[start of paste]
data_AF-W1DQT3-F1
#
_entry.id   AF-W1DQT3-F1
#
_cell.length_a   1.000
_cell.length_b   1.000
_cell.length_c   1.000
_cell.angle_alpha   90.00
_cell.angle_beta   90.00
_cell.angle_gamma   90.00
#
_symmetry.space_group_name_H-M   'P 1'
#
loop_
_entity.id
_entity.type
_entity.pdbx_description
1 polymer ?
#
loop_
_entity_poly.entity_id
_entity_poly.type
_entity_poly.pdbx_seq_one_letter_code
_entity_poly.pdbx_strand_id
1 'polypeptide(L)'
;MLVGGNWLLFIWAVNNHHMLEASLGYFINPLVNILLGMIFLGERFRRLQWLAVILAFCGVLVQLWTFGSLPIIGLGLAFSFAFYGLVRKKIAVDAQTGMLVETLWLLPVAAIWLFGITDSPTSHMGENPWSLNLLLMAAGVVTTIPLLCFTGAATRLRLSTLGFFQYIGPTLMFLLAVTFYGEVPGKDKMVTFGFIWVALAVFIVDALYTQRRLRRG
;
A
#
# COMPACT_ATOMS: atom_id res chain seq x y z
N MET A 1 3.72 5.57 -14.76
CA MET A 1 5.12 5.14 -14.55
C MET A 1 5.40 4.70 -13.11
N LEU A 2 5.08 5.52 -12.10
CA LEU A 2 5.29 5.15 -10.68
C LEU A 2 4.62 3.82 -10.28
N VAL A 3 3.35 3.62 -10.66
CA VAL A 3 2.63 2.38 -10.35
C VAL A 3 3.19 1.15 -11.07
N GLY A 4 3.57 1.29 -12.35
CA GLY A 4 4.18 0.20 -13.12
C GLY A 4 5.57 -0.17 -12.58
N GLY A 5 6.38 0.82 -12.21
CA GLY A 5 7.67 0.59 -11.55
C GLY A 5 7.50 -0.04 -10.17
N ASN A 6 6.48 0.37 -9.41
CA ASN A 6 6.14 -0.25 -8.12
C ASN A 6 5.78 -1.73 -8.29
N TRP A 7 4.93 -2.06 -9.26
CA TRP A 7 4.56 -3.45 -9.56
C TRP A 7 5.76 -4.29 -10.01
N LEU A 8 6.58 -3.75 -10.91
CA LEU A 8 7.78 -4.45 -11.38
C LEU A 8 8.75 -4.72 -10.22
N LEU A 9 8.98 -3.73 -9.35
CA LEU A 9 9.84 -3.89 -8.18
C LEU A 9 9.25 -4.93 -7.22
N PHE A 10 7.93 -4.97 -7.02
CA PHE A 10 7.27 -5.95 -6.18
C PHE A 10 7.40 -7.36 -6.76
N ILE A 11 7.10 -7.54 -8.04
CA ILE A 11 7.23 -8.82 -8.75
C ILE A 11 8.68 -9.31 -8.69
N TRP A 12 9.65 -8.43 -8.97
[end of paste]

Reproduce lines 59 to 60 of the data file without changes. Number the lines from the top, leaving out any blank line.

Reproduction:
CA PHE A 10 7.27 -5.95 -6.18
C PHE A 10 7.40 -7.36 -6.76